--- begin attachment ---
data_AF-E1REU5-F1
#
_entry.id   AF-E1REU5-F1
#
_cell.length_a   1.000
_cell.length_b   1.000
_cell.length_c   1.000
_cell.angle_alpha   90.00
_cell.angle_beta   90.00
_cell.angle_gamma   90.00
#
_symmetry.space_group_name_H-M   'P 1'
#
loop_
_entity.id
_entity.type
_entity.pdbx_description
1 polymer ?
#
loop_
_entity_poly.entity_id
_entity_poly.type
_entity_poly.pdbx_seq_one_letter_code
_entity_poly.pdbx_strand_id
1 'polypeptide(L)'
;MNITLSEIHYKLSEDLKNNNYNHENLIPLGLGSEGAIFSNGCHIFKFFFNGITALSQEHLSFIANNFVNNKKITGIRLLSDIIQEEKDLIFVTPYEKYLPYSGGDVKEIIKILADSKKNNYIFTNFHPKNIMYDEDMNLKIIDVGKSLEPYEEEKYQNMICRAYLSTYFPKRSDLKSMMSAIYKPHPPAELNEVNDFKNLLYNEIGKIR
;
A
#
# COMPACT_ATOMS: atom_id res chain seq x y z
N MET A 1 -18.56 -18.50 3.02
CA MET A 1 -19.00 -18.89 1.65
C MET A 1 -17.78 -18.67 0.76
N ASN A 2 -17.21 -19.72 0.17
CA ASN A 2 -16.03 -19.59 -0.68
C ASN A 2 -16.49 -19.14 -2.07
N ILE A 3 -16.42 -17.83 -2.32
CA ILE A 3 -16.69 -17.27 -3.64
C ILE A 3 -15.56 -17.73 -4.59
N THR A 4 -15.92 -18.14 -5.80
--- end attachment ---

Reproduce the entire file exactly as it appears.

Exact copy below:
data_AF-E1REU5-F1
#
_entry.id   AF-E1REU5-F1
#
_cell.length_a   1.000
_cell.length_b   1.000
_cell.length_c   1.000
_cell.angle_alpha   90.00
_cell.angle_beta   90.00
_cell.angle_gamma   90.00
#
_symmetry.space_group_name_H-M   'P 1'
#
loop_
_entity.id
_entity.type
_entity.pdbx_description
1 polymer ?
#
loop_
_entity_poly.entity_id
_entity_poly.type
_entity_poly.pdbx_seq_one_letter_code
_entity_poly.pdbx_strand_id
1 'polypeptide(L)'
;MNITLSEIHYKLSEDLKNNNYNHENLIPLGLGSEGAIFSNGCHIFKFFFNGITALSQEHLSFIANNFVNNKKITGIRLLSDIIQEEKDLIFVTPYEKYLPYSGGDVKEIIKILADSKKNNYIFTNFHPKNIMYDEDMNLKIIDVGKSLEPYEEEKYQNMICRAYLSTYFPKRSDLKSMMSAIYKPHPPAELNEVNDFKNLLYNEIGKIR
;
A
#
# COMPACT_ATOMS: atom_id res chain seq x y z
N MET A 1 -18.56 -18.50 3.02
CA MET A 1 -19.00 -18.89 1.65
C MET A 1 -17.78 -18.67 0.76
N ASN A 2 -17.21 -19.72 0.17
CA ASN A 2 -16.03 -19.59 -0.68
C ASN A 2 -16.49 -19.14 -2.07
N ILE A 3 -16.42 -17.83 -2.32
CA ILE A 3 -16.69 -17.27 -3.64
C ILE A 3 -15.56 -17.73 -4.59
N THR A 4 -15.92 -18.14 -5.80